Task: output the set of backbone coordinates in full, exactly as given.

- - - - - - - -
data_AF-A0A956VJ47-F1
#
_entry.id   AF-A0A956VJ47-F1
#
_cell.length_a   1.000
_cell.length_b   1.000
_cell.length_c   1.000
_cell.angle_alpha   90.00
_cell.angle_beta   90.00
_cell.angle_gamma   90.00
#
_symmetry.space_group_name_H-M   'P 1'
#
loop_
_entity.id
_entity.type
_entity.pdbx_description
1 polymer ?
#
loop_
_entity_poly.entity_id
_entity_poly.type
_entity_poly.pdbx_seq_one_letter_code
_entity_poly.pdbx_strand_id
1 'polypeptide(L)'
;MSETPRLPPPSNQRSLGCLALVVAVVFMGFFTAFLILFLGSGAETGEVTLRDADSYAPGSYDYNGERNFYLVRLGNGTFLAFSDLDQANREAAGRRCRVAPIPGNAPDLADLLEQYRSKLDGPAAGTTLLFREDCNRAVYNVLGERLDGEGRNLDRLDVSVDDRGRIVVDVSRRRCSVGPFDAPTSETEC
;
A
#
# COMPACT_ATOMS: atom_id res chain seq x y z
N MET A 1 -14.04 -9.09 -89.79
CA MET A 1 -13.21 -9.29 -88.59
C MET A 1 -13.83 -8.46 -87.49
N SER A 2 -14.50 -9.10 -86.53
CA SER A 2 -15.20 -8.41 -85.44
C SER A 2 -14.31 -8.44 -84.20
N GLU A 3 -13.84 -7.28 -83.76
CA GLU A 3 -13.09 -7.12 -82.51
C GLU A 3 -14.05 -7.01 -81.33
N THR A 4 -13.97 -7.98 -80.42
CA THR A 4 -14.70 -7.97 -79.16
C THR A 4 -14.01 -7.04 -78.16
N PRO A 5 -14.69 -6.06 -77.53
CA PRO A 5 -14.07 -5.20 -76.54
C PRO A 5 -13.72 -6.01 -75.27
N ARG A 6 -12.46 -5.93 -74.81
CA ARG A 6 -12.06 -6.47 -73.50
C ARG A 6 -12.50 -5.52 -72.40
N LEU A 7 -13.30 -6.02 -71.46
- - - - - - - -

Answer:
data_AF-A0A956VJ47-F1
#
_entry.id   AF-A0A956VJ47-F1
#
_cell.length_a   1.000
_cell.length_b   1.000
_cell.length_c   1.000
_cell.angle_alpha   90.00
_cell.angle_beta   90.00
_cell.angle_gamma   90.00
#
_symmetry.space_group_name_H-M   'P 1'
#
loop_
_entity.id
_entity.type
_entity.pdbx_description
1 polymer ?
#
loop_
_entity_poly.entity_id
_entity_poly.type
_entity_poly.pdbx_seq_one_letter_code
_entity_poly.pdbx_strand_id
1 'polypeptide(L)'
;MSETPRLPPPSNQRSLGCLALVVAVVFMGFFTAFLILFLGSGAETGEVTLRDADSYAPGSYDYNGERNFYLVRLGNGTFLAFSDLDQANREAAGRRCRVAPIPGNAPDLADLLEQYRSKLDGPAAGTTLLFREDCNRAVYNVLGERLDGEGRNLDRLDVSVDDRGRIVVDVSRRRCSVGPFDAPTSETEC
;
A
#
# COMPACT_ATOMS: atom_id res chain seq x y z
N MET A 1 -14.04 -9.09 -89.79
CA MET A 1 -13.21 -9.29 -88.59
C MET A 1 -13.83 -8.46 -87.49
N SER A 2 -14.50 -9.10 -86.53
CA SER A 2 -15.20 -8.41 -85.44
C SER A 2 -14.31 -8.44 -84.20
N GLU A 3 -13.84 -7.28 -83.76
CA GLU A 3 -13.09 -7.12 -82.51
C GLU A 3 -14.05 -7.01 -81.33
N THR A 4 -13.97 -7.98 -80.42
CA THR A 4 -14.70 -7.97 -79.16
C THR A 4 -14.01 -7.04 -78.16
N PRO A 5 -14.69 -6.06 -77.53
CA PRO A 5 -14.07 -5.20 -76.54
C PRO A 5 -13.72 -6.01 -75.27
N ARG A 6 -12.46 -5.93 -74.81
CA ARG A 6 -12.06 -6.47 -73.50
C ARG A 6 -12.50 -5.52 -72.40
N LEU A 7 -13.30 -6.02 -71.46